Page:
The maintenance, disposal and recycling of metalworking fluids should be a top priority for any shop concerned about cost and productivity.

Metalworking fluids and coolants are an essential part of metal cutting. They also have a cost. There’s the initial cost of the neat oil or water-soluble concentrate to consider. Then there are the labor costs and machine downtime that come with sump maintenance, a task that means chips and gunk all over the floor while the tank is periodically emptied and cleaned, followed by the seemingly endless mixing, lugging and pouring of heavy, fluid-filled buckets.

Afterward come the routine top-offs with more mess and some hassle as fluid levels slowly fall. Six months to a year later, the tired muck in the bottom of the machine is carted away and the cycle begins again.

Fluid management is time-consuming maintenance work, and it can be wasteful. The good news is there are ways to mitigate this waste while maximizing cutting fluid effectiveness.

Help Machines Stay Dry and Maximize Scrap Values with a Chip Conveyor or Chip Spinner

You can start by installing a chip conveyor. These lift chips out of the machine tool and give cutting fluid time to run back into the sump. Not only does this reduce the amount of fluid lost every day, but the relatively dry chips also return a higher price from the scrap dealer. And it’s much easier—and safer—for the operator.

For metals such as brass, nickel alloys and even aluminum, wringing or spinning the chips recovers additional fluid while maximizing scrap values. Once dry, some shops even compact waste metal into briquettes or pucks.

These mechanical devices may seem like overkill, especially to smaller shops with a handful of machines, but chip spinning is an important aspect of any cutting fluid maintenance program, while briquetting is almost a necessity for high-volume manufacturers.

Keep Your Machine Fluids Clean

Reducing coolant use is important, but a second and equally important leg of the cutting fluid maintenance stool is cleanliness. Neat oils are somewhat easier in this respect—as long as small, fine particles are filtered out, most require no further maintenance. Not so with water-soluble and synthetic fluids, which are continuously bombarded by tramp oil and other contaminants.

For the cost of a decent CAT40 end mill holder, a belt or tube skimmer will remove most of the tramp oil and dirt that collects in all machine tool sumps. An aerator will further discourage the anaerobic bacteria that feeds on whatever tramp oil is left, as will prudent application of biocides together with maintenance of the proper pH level (always check with your cutting fluid supplier for maintenance recommendations).

Of course, this requires that cutting fluids be checked regularly (as in weekly). Hardness, chloride levels and pH should be monitored with test strips or an electronic meter. And fluid concentrations can be measured with a refractometer, with proportionately mixed makeup fluids added to compensate for any discrepancy. Doing these things extends tool life, increases productivity and improves operator morale. Nobody likes a stinky sump.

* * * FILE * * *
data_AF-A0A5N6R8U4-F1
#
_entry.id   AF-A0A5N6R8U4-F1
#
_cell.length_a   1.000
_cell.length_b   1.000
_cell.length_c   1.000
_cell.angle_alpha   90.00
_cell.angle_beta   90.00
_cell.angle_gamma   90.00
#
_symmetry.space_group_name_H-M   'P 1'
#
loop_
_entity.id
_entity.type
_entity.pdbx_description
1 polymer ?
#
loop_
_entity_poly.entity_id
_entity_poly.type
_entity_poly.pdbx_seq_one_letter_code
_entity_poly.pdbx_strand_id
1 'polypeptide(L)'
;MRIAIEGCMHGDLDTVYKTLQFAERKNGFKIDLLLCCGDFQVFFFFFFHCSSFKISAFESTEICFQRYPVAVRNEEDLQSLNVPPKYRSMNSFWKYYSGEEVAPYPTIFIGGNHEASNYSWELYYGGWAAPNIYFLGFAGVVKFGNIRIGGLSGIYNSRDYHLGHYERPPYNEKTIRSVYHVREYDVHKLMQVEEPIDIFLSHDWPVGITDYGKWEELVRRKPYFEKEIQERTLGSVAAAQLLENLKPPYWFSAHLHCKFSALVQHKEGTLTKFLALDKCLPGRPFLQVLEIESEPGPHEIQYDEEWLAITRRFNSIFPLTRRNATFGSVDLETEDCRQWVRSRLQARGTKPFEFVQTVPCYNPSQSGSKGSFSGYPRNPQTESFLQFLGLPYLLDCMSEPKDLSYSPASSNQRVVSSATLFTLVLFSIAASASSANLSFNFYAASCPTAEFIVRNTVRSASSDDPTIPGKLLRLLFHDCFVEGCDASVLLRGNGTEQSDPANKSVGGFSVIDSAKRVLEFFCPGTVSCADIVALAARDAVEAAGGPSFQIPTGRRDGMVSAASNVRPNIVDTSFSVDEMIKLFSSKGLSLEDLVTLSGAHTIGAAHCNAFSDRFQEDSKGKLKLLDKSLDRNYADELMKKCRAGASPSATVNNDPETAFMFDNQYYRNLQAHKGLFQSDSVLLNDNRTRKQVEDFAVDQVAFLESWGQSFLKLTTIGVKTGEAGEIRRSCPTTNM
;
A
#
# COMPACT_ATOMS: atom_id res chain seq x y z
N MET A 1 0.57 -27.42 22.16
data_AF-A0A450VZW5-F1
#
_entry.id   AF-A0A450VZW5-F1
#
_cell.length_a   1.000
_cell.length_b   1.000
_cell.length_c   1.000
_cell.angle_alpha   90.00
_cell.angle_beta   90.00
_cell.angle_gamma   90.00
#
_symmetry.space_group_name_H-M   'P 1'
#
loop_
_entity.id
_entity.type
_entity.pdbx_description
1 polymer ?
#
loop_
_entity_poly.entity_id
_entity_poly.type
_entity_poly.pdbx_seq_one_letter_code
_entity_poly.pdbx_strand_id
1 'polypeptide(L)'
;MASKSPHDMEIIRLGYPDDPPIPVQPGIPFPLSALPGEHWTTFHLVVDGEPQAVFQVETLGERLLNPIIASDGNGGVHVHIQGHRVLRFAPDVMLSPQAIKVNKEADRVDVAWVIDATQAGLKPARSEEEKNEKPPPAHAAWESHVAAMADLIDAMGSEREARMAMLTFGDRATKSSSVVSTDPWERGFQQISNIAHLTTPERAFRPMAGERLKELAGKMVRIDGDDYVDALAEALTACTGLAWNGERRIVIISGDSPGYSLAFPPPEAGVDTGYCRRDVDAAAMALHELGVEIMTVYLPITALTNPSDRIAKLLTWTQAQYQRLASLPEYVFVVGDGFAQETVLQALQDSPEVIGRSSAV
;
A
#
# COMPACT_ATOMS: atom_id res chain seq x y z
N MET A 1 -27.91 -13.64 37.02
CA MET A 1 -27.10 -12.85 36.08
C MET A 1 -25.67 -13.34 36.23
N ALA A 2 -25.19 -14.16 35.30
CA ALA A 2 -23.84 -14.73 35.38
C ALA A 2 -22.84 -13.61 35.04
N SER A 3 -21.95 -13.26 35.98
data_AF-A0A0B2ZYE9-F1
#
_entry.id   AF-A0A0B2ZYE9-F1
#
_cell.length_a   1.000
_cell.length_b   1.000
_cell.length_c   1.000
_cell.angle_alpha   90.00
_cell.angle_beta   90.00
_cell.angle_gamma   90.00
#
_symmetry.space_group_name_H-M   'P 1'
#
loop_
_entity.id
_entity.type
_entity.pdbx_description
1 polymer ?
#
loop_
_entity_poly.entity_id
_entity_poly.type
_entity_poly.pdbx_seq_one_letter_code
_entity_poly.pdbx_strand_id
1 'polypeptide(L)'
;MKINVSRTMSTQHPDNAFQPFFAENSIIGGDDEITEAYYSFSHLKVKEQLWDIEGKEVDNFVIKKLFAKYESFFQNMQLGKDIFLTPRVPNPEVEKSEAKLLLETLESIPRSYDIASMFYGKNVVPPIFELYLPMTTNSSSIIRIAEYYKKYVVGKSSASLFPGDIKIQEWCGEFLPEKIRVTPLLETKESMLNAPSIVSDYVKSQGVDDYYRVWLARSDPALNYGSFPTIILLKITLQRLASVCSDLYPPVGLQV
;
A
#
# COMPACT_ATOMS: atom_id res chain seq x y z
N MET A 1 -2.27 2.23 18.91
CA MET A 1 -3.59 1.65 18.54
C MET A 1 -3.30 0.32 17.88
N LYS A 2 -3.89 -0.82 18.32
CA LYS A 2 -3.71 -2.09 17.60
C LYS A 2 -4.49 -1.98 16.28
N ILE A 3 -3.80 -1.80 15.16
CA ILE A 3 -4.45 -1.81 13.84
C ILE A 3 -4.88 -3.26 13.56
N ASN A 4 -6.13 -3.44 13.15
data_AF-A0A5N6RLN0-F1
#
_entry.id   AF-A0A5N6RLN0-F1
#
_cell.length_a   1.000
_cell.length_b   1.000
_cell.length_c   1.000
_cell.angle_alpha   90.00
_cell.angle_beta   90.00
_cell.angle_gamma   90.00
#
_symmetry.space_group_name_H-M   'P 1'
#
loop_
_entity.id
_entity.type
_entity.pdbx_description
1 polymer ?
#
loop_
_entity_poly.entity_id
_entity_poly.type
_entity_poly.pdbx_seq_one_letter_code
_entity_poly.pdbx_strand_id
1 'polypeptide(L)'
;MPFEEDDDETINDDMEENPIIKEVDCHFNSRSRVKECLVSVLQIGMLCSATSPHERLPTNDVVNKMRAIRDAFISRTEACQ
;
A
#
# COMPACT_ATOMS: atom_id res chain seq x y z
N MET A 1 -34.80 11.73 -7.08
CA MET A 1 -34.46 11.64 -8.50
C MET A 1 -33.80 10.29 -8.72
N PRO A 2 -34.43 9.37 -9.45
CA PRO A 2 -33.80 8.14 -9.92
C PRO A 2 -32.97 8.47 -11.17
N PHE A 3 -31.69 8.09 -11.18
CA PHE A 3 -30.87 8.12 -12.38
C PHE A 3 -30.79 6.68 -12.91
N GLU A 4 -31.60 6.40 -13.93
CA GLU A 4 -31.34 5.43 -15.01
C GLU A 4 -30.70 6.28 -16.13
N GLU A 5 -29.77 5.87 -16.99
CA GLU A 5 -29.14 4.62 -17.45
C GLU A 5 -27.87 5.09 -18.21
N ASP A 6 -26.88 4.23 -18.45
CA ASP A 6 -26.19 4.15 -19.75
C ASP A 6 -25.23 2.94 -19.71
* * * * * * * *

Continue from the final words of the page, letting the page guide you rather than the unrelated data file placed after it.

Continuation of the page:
Use Drum Mixers to Control Machine Fluid Amounts

Speaking of makeup fluids, are you still manually mixing them? Bad idea. Drum mixers are available that eliminate the need for measuring cups and guesswork when preparing new or added amounts of coolant. What’s more, these devices produce the correct droplet size and disperse those droplets evenly throughout the fluid. Simply set the dial to the desired concentration and turn on the faucet.

When it is time to change the sump, add some cleaner to the tank a day or two before. This will help break loose the crud that collects along the sides and bottom of the tank, as well as the sticky stuff on the interior walls of the machine tool.

Fluid management is time-consuming maintenance work, and it can be wasteful. The good news is there are ways to mitigate this waste while maximizing cutting fluid effectiveness.

Invest in a Sump Cleaning Machine

There is still a lot of backbreaking work when the sump does have to be cleaned. The good news is that there’s another coolant management device that is an excellent investment. Whether you call it a SumpDoc, a Sump Sucker or a SmartSkim, these machines make fluid maintenance about as difficult as vacuuming the living room rug—just wheel it over, plug it in and start sucking.

Some are little more than big dual-tank “wet vacs”—used cutting fluid is sucked into one side and wheeled away to a separate, in-house filtration center (another viable consideration for easy fluid maintenance), while the other side contains clean fluid for refilling the sump.

Other machines are all-in-one units. Fines, sludge and tramp oil are drawn in one end, the coolant is cleaned, analyzed and adjusted, and machine-ready fluid emerges from the other. Each has pros and cons, but there’s no mess in either case, and it’s easy enough that sump cleaning is no longer something to be avoided. The result is that high-quality cutting fluid is available all of the time, with little to no waste.

How is your shop reducing fluid waste and performing fluid maintenance? Share your best practices.

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